Wow. Nothing is sacred. The Washington Post has discovered that the US’ National Security Agency and the FBI have teamed up to tap into the servers of nine US tech companies—Microsoft, Google, Facebook, Apple, you name it—and have extracted e-mails, photographs, audio, video, documents and connection logs. They basically have free reign to take whatever they want. And they’ve been doing it since 2007.
The classified program is called PRISM and it’s absolutely scary how much reach the NSA and FBI have. The companies who are within PRISM’s grasp is basically everyone who’s ever did anything in technology: Microsoft, Yahoo, Google, Facebook, AOL, Skype, YouTube, PalTalk and Apple. (PalTalk has been used in the Syrian civil war.)
How does PRISM work? It’s terrifying, actually. The Washington Post reports that analysts who use PRISM first key in on ‘selectors’ (search terms) that are designed to produce at least 51 per cent confidence in a target’s ‘foreignness’. That’s it, just 51 per cent. And after that they can start collecting data.
And what PRISM can pry from these companies is just ridiculous. It can basically watch your every movement on the Internet. For Facebook, PRISM can obtain full access to Facebook’s “extensive search and surveillance capabilities against the variety of online social networking services”. For Skype, PRISM can take “audio, video, chat and file transfers”. For Google, PRISM can peek in on “Gmail, voice and video chat, Google Drive files, photo libraries, and live surveillance of search terms.” They basically see what you see as you type it.
According to the Guardian, Microsoft first signed up with PRISM back in 2007. Yahoo came around in 2008. Google, Facebook and PalTalk in 2009; YouTube in 2010 and Skype and AOL in 2011. Apple rounded out the nine in 2012. Twitter is a notable holdout. But those nine companies represent pretty much all of the Internet, from search to email to video to any sort of communication.
To be fair, the companies are in a tough spot to be in. If the companies don’t comply with PRISM, they can be sued. If they do comply, they can charge the government for their services. It’s pretty obvious what most companies would do at that point, right? (Hint: comply.) What’s fascinating though is how companies like Twitter (and Apple for five years) have managed to hold out from PRISM. If it’s possible to hold out, then why sell out its users? [Washington Post]
Update: Apple denies it.
Apple to @cnbc: “We have never heard of PRISM. We do not provide any government agency with direct access to our servers..”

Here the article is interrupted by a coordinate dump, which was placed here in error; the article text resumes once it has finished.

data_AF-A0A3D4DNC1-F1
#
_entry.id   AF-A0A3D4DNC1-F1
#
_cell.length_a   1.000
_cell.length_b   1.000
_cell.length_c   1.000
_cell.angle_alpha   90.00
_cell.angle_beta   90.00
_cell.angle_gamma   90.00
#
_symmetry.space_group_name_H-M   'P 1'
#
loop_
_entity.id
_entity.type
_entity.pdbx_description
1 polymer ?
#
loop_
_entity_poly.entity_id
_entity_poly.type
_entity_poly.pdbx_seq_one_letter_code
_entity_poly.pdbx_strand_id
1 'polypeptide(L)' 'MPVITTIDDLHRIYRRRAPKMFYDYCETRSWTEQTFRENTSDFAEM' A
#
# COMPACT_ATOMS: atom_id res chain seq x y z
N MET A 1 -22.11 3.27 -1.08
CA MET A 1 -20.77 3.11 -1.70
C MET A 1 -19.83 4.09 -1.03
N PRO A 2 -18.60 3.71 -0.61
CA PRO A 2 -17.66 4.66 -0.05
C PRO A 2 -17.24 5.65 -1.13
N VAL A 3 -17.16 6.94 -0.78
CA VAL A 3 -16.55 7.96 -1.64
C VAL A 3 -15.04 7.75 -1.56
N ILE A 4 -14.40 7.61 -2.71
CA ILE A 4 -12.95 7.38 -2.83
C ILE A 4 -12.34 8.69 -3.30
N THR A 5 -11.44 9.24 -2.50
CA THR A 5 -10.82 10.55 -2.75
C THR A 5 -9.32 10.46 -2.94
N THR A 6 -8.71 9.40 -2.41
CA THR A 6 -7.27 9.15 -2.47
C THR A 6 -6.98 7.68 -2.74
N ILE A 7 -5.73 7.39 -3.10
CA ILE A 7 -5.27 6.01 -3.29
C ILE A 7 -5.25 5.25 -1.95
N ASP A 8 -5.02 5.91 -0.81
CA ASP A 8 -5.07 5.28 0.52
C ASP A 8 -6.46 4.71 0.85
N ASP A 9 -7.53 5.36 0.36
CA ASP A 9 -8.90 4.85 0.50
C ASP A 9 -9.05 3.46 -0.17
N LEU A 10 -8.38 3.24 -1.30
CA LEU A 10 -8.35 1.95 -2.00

— CNBC (@CNBC) June 6, 2013
Update: So PRISM totally exists. James Clapper, the Director of National Intelligence, basically confirmed the Washington Post and Guardian report about how the NSA can pry data from Apple, Facebook, Google and whoever else.
“The Guardian and The Washington Post articles refer to collection of communications pursuant to Section 702 of the Foreign Intelligence Surveillance Act. They contain numerous inaccuracies.
Section 702 is a provision of FISA that is designed to facilitate the acquisition of foreign intelligence information concerning non-U.S. persons located outside the United States. It cannot be used to intentionally target any U.S. citizen, any other U.S. person, or anyone located within the United States.
Activities authorized by Section 702 are subject to oversight by the Foreign Intelligence Surveillance Court, the Executive Branch, and Congress. They involve extensive procedures, specifically approved by the court, to ensure that only non-U.S. persons outside the U.S. are targeted, and that minimize the acquisition, retention and dissemination of incidentally acquired information about U.S. persons.
Section 702 was recently reauthorized by Congress after extensive hearings and debate.
Information collected under this program is among the most important and valuable foreign intelligence information we collect, and is used to protect our nation from a wide variety of threats.
The unauthorized disclosure of information about this important and entirely legal program is reprehensible and risks important protections for the security of Americans.”
Okay. Translation: hey, we’re doing this because it’s all totally legal! And that there are a lot of procedures to get stuff like this done so don’t worry! And it’s all a secret! And that revealing that we’ve had access to data from bigwig Internet companies is an awful thing to do! Basically, trust us to keep you safe even if it means we’re completely untrustworthy. Ha. [DNI.gov via SFGate, Image Credit: Guardian]
Updated: Perhaps understandably, the likes of Facebook, Apple, Google, Yahoo, Microsoft et al are all flatly denying allegations that they allow the NSA direct access to their servers. Importantly, that’s not the same as not sharing data with them.